Stalin: Breaker of Nations

( 5 )


Of all the despots of our time, Joseph Stalin lasted the longest and wielded the greatest power, and his secrets have been the most jealously guarded--even after his death.

In this book, the first to draw from recently released archives, Robert Conquest gives us Stalin as a child and student; as a revolutionary and communist theoretician; as a political animal skilled in amassing power and absolutely ruthless in maintaining it. He presents the landmarks of Stalin's rule: the ...

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Of all the despots of our time, Joseph Stalin lasted the longest and wielded the greatest power, and his secrets have been the most jealously guarded--even after his death.

In this book, the first to draw from recently released archives, Robert Conquest gives us Stalin as a child and student; as a revolutionary and communist theoretician; as a political animal skilled in amassing power and absolutely ruthless in maintaining it. He presents the landmarks of Stalin's rule: the clash with Lenin; collectivization; the great Terror; the Nazi-Soviet pact and the Nazi-Soviet war; the anti-Semitic campaign that preceded his death; and the legacy he left behind.

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Editorial Reviews

Publishers Weekly - Publisher's Weekly
Drawing on a wealth of new material from the Soviet Union, Conquest presents a chilling portrait of a mass murderer who gave personal instructions on how his victims should be tortured. Stalin (1879-1953), a rebellious young seminarian who wrote poetry, would later have poets executed. Conquest ( The Great Terror ) portrays the Soviet dictator as an insufferably rude husband, a Georgian who hated his roots and Russified himself, a crude boor who yearned to be a backslapping man of the people. Although omitting intricate political details and focusing instead on the person himself, this masterful biography provides fresh insight into a progressively paranoid leader who ruled by terror and falsification, deported millions to slave labor camps, engineered the famine of 1932 that killed some five million Ukrainians, and launched an anti-Semitic campaign of murders and arrests. Photos. (Nov.)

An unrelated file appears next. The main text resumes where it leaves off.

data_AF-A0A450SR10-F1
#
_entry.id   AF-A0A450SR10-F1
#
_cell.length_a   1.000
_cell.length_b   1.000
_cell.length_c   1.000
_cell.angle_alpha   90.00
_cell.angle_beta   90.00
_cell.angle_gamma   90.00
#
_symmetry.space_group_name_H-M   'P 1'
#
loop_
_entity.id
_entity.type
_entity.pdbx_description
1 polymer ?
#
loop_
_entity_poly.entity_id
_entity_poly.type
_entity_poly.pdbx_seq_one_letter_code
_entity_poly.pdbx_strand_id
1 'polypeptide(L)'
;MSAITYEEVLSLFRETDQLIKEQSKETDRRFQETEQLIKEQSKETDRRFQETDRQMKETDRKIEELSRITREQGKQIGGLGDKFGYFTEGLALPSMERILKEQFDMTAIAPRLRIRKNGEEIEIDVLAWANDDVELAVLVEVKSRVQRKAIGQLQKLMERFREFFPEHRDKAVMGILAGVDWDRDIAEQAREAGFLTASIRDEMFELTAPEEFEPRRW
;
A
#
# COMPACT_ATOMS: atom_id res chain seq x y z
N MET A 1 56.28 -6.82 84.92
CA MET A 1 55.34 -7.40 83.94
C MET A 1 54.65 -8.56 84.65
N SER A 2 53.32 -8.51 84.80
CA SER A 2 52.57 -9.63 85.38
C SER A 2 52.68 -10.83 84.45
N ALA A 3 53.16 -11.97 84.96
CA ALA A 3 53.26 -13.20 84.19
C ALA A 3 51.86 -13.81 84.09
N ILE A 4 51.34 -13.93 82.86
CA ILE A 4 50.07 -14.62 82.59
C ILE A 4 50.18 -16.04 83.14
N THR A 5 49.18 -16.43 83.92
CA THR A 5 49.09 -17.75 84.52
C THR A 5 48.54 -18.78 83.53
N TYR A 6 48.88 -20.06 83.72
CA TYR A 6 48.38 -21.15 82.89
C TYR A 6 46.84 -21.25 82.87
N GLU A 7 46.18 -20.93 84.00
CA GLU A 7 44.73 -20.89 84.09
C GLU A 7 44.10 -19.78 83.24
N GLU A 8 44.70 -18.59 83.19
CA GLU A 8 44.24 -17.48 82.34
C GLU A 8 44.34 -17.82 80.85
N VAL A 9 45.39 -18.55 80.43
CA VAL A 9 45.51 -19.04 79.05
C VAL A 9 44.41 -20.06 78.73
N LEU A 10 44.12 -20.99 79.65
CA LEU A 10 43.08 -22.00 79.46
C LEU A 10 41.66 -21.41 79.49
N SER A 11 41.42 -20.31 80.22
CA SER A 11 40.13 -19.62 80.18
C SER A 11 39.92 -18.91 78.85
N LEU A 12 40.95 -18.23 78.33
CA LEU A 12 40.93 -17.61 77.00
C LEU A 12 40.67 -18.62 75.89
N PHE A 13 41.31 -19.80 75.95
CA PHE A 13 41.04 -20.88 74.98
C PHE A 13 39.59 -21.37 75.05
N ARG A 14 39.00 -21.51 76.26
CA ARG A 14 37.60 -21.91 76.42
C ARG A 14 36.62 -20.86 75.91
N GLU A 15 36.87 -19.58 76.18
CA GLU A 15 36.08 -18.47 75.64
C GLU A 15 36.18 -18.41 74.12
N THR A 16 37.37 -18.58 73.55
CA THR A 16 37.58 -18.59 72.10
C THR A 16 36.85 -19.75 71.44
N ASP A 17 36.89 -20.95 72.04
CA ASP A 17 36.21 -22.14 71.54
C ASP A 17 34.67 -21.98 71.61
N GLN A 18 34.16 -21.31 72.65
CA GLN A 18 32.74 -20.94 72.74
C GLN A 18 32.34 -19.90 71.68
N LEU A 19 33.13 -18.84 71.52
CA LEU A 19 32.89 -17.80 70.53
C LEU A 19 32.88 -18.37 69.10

Library Journal
Joseph Stalin, a leader with many biographers, has become the subject of renewed study as a consequence of Soviet glasnost and the opening of formerly closed archives. Both of these books describe Stalin's development as a revolutionary, his rise to power upon Lenin's death, the Terror and consolidation of his control, his triumph in World War II, and his decline and death as the Cold War expanded. Conquest, a respected Western scholar, incorporates new details of Stalin's life and establishes a broad context for understanding his actions, highlighting how he was underestimated by both colleagues and foreign diplomats. Volkogonov, a Soviet researcher and the head of the Institute of Military History, sets forth a study of Stalin the man, centering upon his actions and thoughts. Reflecting new Soviet openness, he finds that Stalin rejected socialism and scorned freedom to the detriment of his nation. Greater access to records, such as those showing the depth of Stalin's control over military decision-making and the truth regarding the Katyn Forest massacre of Polish officers by the NKVD, will afford many opportunities for further study. These works are both carefully researched and well written (well edited and translated in the case of Volkgonov's book), offering new information and insights into Stalin's life and era. Volkogonov's work is noteworthy for the sense it conveys of the Soviet struggle to come to terms with the meaning of Stalin's rule. Conquest's work excels in its sophisticated portrayal of Stalin's life against the map of world politics and society. Both are of interest to general and specialist readers and are recommended for larger collections and those of Soviet studies. Conquest's book previewed in Prepub Alert, LJ 7/91.--Ed.-- Rena Fowler, Northern Michigan Univ. Lib., Marquette